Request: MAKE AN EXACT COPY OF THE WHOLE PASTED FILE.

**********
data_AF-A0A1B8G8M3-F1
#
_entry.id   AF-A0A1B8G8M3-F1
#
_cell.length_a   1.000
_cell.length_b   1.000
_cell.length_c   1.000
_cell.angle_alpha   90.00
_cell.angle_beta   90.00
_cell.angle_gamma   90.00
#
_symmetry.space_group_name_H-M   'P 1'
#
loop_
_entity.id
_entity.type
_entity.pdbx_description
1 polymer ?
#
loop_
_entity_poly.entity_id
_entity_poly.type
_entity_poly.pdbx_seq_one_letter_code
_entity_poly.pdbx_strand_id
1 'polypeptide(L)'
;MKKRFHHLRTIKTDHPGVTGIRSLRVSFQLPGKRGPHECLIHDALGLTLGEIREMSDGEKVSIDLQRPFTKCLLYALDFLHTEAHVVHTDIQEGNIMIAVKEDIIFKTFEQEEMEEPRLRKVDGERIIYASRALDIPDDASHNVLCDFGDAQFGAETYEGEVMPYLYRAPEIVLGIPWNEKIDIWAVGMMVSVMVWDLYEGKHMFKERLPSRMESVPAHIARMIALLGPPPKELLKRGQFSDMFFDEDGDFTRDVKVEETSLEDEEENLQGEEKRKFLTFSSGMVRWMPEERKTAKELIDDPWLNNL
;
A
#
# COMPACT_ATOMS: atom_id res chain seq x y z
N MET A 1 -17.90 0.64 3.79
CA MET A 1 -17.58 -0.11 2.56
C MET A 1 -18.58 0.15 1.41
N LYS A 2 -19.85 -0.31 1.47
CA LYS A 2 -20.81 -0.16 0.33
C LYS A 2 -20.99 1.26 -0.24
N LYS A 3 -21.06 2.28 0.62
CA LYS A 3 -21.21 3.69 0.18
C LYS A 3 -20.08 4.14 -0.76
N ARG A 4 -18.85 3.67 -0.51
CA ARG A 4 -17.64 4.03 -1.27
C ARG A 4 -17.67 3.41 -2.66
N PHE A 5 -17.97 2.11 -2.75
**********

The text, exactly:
data_AF-A0A1B8G8M3-F1
#
_entry.id   AF-A0A1B8G8M3-F1
#
_cell.length_a   1.000
_cell.length_b   1.000
_cell.length_c   1.000
_cell.angle_alpha   90.00
_cell.angle_beta   90.00
_cell.angle_gamma   90.00
#
_symmetry.space_group_name_H-M   'P 1'
#
loop_
_entity.id
_entity.type
_entity.pdbx_description
1 polymer ?
#
loop_
_entity_poly.entity_id
_entity_poly.type
_entity_poly.pdbx_seq_one_letter_code
_entity_poly.pdbx_strand_id
1 'polypeptide(L)'
;MKKRFHHLRTIKTDHPGVTGIRSLRVSFQLPGKRGPHECLIHDALGLTLGEIREMSDGEKVSIDLQRPFTKCLLYALDFLHTEAHVVHTDIQEGNIMIAVKEDIIFKTFEQEEMEEPRLRKVDGERIIYASRALDIPDDASHNVLCDFGDAQFGAETYEGEVMPYLYRAPEIVLGIPWNEKIDIWAVGMMVSVMVWDLYEGKHMFKERLPSRMESVPAHIARMIALLGPPPKELLKRGQFSDMFFDEDGDFTRDVKVEETSLEDEEENLQGEEKRKFLTFSSGMVRWMPEERKTAKELIDDPWLNNL
;
A
#
# COMPACT_ATOMS: atom_id res chain seq x y z
N MET A 1 -17.90 0.64 3.79
CA MET A 1 -17.58 -0.11 2.56
C MET A 1 -18.58 0.15 1.41
N LYS A 2 -19.85 -0.31 1.47
CA LYS A 2 -20.81 -0.16 0.33
C LYS A 2 -20.99 1.26 -0.24
N LYS A 3 -21.06 2.28 0.62
CA LYS A 3 -21.21 3.69 0.18
C LYS A 3 -20.08 4.14 -0.76
N ARG A 4 -18.85 3.67 -0.51
CA ARG A 4 -17.64 4.03 -1.27
C ARG A 4 -17.67 3.41 -2.66
N PHE A 5 -17.97 2.11 -2.75